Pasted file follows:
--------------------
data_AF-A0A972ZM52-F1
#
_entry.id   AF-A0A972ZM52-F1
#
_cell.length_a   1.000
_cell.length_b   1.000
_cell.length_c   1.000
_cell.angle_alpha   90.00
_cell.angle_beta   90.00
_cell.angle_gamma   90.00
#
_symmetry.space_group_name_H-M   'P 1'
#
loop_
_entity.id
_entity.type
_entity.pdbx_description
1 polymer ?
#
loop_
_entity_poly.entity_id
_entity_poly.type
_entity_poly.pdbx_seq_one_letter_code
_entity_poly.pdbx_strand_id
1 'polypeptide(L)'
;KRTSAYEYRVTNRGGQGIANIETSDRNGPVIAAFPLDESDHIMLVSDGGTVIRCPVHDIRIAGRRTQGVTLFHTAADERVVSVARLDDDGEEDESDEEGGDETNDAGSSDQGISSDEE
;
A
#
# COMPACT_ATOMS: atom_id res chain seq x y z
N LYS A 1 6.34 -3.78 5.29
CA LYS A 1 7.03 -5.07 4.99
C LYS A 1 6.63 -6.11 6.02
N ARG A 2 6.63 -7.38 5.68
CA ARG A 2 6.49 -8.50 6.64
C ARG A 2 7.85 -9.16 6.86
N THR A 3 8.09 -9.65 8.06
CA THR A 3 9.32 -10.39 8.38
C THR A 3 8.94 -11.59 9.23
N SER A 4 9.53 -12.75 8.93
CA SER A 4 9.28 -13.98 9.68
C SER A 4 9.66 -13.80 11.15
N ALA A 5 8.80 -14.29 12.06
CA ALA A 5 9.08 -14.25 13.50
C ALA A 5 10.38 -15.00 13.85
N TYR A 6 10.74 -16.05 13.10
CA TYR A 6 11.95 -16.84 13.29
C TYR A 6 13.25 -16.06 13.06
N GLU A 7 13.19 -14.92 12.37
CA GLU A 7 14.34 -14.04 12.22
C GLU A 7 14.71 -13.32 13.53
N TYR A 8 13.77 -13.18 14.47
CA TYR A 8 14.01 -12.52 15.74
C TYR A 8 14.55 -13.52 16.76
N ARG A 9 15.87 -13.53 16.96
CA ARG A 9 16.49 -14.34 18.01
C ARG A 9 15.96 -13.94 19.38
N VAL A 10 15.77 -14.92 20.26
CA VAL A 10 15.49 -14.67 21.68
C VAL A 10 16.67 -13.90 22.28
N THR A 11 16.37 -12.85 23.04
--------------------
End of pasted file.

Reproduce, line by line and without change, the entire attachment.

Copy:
data_AF-A0A972ZM52-F1
#
_entry.id   AF-A0A972ZM52-F1
#
_cell.length_a   1.000
_cell.length_b   1.000
_cell.length_c   1.000
_cell.angle_alpha   90.00
_cell.angle_beta   90.00
_cell.angle_gamma   90.00
#
_symmetry.space_group_name_H-M   'P 1'
#
loop_
_entity.id
_entity.type
_entity.pdbx_description
1 polymer ?
#
loop_
_entity_poly.entity_id
_entity_poly.type
_entity_poly.pdbx_seq_one_letter_code
_entity_poly.pdbx_strand_id
1 'polypeptide(L)'
;KRTSAYEYRVTNRGGQGIANIETSDRNGPVIAAFPLDESDHIMLVSDGGTVIRCPVHDIRIAGRRTQGVTLFHTAADERVVSVARLDDDGEEDESDEEGGDETNDAGSSDQGISSDEE
;
A
#
# COMPACT_ATOMS: atom_id res chain seq x y z
N LYS A 1 6.34 -3.78 5.29
CA LYS A 1 7.03 -5.07 4.99
C LYS A 1 6.63 -6.11 6.02
N ARG A 2 6.63 -7.38 5.68
CA ARG A 2 6.49 -8.50 6.64
C ARG A 2 7.85 -9.16 6.86
N THR A 3 8.09 -9.65 8.06
CA THR A 3 9.32 -10.39 8.38
C THR A 3 8.94 -11.59 9.23
N SER A 4 9.53 -12.75 8.93
CA SER A 4 9.28 -13.98 9.68
C SER A 4 9.66 -13.80 11.15
N ALA A 5 8.80 -14.29 12.06
CA ALA A 5 9.08 -14.25 13.50
C ALA A 5 10.38 -15.00 13.85
N TYR A 6 10.74 -16.05 13.10
CA TYR A 6 11.95 -16.84 13.29
C TYR A 6 13.25 -16.06 13.06
N GLU A 7 13.19 -14.92 12.37
CA GLU A 7 14.34 -14.04 12.22
C GLU A 7 14.71 -13.32 13.53
N TYR A 8 13.77 -13.18 14.47
CA TYR A 8 14.01 -12.52 15.74
C TYR A 8 14.55 -13.52 16.76
N ARG A 9 15.87 -13.53 16.96
CA ARG A 9 16.49 -14.34 18.01
C ARG A 9 15.96 -13.94 19.38
N VAL A 10 15.77 -14.92 20.26
CA VAL A 10 15.49 -14.67 21.68
C VAL A 10 16.67 -13.90 22.28
N THR A 11 16.37 -12.85 23.04